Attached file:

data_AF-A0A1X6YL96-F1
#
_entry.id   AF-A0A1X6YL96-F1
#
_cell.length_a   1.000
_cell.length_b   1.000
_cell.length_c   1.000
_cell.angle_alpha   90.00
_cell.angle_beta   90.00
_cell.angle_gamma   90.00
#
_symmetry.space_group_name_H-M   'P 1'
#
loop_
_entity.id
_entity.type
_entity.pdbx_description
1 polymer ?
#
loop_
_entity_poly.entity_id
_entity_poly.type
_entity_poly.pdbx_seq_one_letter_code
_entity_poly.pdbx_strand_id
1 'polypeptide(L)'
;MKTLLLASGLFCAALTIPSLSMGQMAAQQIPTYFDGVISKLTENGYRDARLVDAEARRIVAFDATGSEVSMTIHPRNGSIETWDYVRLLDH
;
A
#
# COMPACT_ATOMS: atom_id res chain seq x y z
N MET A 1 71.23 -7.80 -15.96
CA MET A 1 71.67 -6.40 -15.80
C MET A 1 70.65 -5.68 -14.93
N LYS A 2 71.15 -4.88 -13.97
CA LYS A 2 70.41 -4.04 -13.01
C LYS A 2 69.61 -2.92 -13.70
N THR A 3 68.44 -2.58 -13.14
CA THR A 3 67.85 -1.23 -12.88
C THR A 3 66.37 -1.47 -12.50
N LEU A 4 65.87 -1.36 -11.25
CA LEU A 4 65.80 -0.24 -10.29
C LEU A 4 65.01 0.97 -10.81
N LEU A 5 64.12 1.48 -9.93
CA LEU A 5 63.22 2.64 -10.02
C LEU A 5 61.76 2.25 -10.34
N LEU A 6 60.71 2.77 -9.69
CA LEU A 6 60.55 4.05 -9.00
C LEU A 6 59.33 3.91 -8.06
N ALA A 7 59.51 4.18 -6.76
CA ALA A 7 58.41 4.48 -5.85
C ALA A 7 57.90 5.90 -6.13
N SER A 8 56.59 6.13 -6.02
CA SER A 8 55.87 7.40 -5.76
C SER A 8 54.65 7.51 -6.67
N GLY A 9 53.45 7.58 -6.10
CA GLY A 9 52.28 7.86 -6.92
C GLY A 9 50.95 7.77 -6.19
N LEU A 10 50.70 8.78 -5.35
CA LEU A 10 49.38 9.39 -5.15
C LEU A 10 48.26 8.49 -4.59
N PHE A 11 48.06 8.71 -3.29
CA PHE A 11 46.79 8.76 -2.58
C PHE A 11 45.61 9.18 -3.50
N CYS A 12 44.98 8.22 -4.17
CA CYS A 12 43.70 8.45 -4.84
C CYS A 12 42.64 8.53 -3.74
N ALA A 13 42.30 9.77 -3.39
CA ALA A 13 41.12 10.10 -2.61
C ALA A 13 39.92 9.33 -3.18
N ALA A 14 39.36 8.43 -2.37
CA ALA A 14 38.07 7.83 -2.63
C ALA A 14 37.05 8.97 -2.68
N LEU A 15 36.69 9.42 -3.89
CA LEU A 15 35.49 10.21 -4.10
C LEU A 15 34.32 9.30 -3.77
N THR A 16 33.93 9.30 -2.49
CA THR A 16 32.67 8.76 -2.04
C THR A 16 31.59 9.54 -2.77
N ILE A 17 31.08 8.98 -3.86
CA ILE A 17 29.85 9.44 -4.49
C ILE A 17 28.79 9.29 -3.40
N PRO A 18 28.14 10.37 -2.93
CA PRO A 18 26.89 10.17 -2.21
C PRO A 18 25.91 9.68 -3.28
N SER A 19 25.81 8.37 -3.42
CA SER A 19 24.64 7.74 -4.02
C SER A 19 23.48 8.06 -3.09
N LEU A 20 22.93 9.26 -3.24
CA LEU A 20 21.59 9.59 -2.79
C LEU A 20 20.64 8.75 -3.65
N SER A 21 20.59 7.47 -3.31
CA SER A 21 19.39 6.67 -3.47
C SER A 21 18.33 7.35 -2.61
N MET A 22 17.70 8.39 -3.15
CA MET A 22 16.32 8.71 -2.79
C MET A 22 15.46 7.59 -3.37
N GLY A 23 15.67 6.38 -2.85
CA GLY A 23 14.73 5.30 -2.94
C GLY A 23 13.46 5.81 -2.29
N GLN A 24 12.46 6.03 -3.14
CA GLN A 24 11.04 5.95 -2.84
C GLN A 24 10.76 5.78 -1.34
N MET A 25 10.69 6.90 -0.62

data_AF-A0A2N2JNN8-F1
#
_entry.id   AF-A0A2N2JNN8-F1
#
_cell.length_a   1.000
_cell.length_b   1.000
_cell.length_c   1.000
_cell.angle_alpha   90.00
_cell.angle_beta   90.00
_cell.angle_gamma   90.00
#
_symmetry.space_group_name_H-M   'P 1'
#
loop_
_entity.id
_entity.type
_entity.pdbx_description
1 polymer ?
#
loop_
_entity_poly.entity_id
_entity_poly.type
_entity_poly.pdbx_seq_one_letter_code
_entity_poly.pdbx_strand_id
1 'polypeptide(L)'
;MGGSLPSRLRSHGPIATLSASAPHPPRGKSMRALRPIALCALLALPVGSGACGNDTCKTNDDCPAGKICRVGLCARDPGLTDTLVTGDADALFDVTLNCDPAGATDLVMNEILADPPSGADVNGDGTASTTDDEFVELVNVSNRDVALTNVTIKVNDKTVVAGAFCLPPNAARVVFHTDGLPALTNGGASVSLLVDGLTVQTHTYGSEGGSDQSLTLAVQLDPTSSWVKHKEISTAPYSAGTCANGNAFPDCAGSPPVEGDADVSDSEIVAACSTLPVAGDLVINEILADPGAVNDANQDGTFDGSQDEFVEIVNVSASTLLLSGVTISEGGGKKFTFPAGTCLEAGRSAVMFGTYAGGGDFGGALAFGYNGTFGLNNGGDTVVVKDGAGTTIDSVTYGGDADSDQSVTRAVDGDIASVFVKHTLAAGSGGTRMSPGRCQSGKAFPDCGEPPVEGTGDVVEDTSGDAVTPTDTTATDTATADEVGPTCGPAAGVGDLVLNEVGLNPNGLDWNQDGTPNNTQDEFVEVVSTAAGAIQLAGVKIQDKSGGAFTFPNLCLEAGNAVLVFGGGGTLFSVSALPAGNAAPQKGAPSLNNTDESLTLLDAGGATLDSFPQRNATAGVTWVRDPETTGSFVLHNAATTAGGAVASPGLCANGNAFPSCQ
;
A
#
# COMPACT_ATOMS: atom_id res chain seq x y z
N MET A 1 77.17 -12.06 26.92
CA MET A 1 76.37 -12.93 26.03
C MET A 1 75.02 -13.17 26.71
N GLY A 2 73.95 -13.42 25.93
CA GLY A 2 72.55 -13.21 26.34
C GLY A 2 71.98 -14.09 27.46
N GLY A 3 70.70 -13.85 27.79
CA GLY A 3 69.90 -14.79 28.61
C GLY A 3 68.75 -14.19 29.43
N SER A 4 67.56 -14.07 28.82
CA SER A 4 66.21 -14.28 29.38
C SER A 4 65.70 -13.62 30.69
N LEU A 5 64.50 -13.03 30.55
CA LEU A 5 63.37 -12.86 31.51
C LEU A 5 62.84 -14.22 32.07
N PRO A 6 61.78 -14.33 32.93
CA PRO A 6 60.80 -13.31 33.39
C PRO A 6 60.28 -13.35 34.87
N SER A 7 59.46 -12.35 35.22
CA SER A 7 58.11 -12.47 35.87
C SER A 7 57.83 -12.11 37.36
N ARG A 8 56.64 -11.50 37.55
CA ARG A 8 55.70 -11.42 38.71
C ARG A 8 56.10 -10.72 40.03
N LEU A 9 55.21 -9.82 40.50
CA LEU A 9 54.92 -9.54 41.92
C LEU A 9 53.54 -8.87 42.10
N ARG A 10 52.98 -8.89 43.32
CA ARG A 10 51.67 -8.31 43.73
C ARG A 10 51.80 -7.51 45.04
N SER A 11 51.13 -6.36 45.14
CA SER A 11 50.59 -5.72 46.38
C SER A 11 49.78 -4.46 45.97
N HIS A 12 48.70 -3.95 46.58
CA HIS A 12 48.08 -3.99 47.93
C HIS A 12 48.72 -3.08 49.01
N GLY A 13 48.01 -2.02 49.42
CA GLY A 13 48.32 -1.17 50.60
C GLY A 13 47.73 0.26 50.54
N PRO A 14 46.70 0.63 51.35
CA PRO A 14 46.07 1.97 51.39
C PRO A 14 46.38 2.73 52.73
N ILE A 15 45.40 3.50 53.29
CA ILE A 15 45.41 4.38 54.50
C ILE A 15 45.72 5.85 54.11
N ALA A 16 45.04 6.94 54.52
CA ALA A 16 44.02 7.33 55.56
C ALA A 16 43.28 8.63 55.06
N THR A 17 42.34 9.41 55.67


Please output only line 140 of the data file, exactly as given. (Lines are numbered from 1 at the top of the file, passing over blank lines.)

N GLY A 3 70.70 -13.85 27.79